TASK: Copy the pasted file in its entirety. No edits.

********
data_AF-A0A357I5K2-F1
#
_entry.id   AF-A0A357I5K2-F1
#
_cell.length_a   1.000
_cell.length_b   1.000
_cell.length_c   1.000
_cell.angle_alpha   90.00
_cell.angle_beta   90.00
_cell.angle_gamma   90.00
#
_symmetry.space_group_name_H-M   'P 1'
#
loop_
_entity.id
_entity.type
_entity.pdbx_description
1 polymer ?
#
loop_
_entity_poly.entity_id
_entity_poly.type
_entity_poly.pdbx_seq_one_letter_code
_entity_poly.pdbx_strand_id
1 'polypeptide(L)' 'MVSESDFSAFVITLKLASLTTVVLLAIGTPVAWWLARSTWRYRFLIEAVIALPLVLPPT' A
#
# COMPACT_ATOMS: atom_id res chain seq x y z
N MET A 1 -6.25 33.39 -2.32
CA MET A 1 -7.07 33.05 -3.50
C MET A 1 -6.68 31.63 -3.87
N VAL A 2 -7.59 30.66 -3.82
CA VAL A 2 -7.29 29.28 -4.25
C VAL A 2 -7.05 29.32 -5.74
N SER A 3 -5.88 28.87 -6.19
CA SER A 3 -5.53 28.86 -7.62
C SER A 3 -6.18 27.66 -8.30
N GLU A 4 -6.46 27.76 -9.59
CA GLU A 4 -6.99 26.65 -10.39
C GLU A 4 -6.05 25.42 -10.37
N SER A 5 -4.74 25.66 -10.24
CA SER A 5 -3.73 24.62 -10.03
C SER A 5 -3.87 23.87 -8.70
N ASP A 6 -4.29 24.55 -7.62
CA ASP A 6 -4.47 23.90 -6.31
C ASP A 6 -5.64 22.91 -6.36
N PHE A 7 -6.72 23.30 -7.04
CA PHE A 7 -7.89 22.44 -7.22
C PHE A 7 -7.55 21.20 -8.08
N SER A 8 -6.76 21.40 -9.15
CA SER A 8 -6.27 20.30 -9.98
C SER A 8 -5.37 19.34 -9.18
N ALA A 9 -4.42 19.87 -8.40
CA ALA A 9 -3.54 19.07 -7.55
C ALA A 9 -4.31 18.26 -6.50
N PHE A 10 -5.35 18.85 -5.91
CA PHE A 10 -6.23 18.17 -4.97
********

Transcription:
data_AF-A0A357I5K2-F1
#
_entry.id   AF-A0A357I5K2-F1
#
_cell.length_a   1.000
_cell.length_b   1.000
_cell.length_c   1.000
_cell.angle_alpha   90.00
_cell.angle_beta   90.00
_cell.angle_gamma   90.00
#
_symmetry.space_group_name_H-M   'P 1'
#
loop_
_entity.id
_entity.type
_entity.pdbx_description
1 polymer ?
#
loop_
_entity_poly.entity_id
_entity_poly.type
_entity_poly.pdbx_seq_one_letter_code
_entity_poly.pdbx_strand_id
1 'polypeptide(L)' 'MVSESDFSAFVITLKLASLTTVVLLAIGTPVAWWLARSTWRYRFLIEAVIALPLVLPPT' A
#
# COMPACT_ATOMS: atom_id res chain seq x y z
N MET A 1 -6.25 33.39 -2.32
CA MET A 1 -7.07 33.05 -3.50
C MET A 1 -6.68 31.63 -3.87
N VAL A 2 -7.59 30.66 -3.82
CA VAL A 2 -7.29 29.28 -4.25
C VAL A 2 -7.05 29.32 -5.74
N SER A 3 -5.88 28.87 -6.19
CA SER A 3 -5.53 28.86 -7.62
C SER A 3 -6.18 27.66 -8.30
N GLU A 4 -6.46 27.76 -9.59
CA GLU A 4 -6.99 26.65 -10.39
C GLU A 4 -6.05 25.42 -10.37
N SER A 5 -4.74 25.66 -10.24
CA SER A 5 -3.73 24.62 -10.03
C SER A 5 -3.87 23.87 -8.70
N ASP A 6 -4.29 24.55 -7.62
CA ASP A 6 -4.47 23.90 -6.31
C ASP A 6 -5.64 22.91 -6.36
N PHE A 7 -6.72 23.30 -7.04
CA PHE A 7 -7.89 22.44 -7.22
C PHE A 7 -7.55 21.20 -8.08
N SER A 8 -6.76 21.40 -9.15
CA SER A 8 -6.27 20.30 -9.98
C SER A 8 -5.37 19.34 -9.18
N ALA A 9 -4.42 19.87 -8.40
CA ALA A 9 -3.54 19.07 -7.55
C ALA A 9 -4.31 18.26 -6.50
N PHE A 10 -5.35 18.85 -5.91
CA PHE A 10 -6.23 18.17 -4.97